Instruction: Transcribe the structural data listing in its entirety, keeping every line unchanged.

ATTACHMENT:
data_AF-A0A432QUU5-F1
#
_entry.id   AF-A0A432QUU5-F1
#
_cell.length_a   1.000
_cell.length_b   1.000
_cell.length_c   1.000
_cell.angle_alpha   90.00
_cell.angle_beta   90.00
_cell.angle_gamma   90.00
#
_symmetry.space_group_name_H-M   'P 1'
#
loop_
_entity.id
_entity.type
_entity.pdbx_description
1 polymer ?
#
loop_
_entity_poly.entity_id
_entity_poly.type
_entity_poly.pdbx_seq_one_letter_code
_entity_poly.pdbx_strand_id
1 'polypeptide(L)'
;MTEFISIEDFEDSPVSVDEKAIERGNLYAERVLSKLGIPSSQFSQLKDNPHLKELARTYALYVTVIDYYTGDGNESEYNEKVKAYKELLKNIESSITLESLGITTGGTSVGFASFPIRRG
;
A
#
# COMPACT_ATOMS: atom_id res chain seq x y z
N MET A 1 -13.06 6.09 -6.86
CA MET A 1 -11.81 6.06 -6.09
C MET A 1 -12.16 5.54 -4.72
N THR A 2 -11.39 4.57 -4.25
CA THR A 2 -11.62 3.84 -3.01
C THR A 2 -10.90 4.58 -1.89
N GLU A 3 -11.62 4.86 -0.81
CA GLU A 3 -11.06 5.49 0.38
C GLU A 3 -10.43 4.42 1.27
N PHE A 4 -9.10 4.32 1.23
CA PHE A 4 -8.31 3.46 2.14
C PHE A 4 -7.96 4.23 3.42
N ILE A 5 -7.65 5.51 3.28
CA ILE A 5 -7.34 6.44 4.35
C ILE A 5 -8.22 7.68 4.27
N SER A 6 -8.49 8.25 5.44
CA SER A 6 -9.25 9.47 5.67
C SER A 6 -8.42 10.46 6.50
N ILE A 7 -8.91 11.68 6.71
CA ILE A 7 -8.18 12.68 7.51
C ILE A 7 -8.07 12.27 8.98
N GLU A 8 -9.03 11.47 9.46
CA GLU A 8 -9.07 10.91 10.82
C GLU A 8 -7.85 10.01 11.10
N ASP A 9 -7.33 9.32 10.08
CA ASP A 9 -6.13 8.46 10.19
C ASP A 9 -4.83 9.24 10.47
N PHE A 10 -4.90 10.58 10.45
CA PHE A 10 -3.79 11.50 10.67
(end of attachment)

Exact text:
data_AF-A0A432QUU5-F1
#
_entry.id   AF-A0A432QUU5-F1
#
_cell.length_a   1.000
_cell.length_b   1.000
_cell.length_c   1.000
_cell.angle_alpha   90.00
_cell.angle_beta   90.00
_cell.angle_gamma   90.00
#
_symmetry.space_group_name_H-M   'P 1'
#
loop_
_entity.id
_entity.type
_entity.pdbx_description
1 polymer ?
#
loop_
_entity_poly.entity_id
_entity_poly.type
_entity_poly.pdbx_seq_one_letter_code
_entity_poly.pdbx_strand_id
1 'polypeptide(L)'
;MTEFISIEDFEDSPVSVDEKAIERGNLYAERVLSKLGIPSSQFSQLKDNPHLKELARTYALYVTVIDYYTGDGNESEYNEKVKAYKELLKNIESSITLESLGITTGGTSVGFASFPIRRG
;
A
#
# COMPACT_ATOMS: atom_id res chain seq x y z
N MET A 1 -13.06 6.09 -6.86
CA MET A 1 -11.81 6.06 -6.09
C MET A 1 -12.16 5.54 -4.72
N THR A 2 -11.39 4.57 -4.25
CA THR A 2 -11.62 3.84 -3.01
C THR A 2 -10.90 4.58 -1.89
N GLU A 3 -11.62 4.86 -0.81
CA GLU A 3 -11.06 5.49 0.38
C GLU A 3 -10.43 4.42 1.27
N PHE A 4 -9.10 4.32 1.23
CA PHE A 4 -8.31 3.46 2.14
C PHE A 4 -7.96 4.23 3.42
N ILE A 5 -7.65 5.51 3.28
CA ILE A 5 -7.34 6.44 4.35
C ILE A 5 -8.22 7.68 4.27
N SER A 6 -8.49 8.25 5.44
CA SER A 6 -9.25 9.47 5.67
C SER A 6 -8.42 10.46 6.50
N ILE A 7 -8.91 11.68 6.71
CA ILE A 7 -8.18 12.68 7.51
C ILE A 7 -8.07 12.27 8.98
N GLU A 8 -9.03 11.47 9.46
CA GLU A 8 -9.07 10.91 10.82
C GLU A 8 -7.85 10.01 11.10
N ASP A 9 -7.33 9.32 10.08
CA ASP A 9 -6.13 8.46 10.19
C ASP A 9 -4.83 9.24 10.47
N PHE A 10 -4.90 10.58 10.45
CA PHE A 10 -3.79 11.50 10.67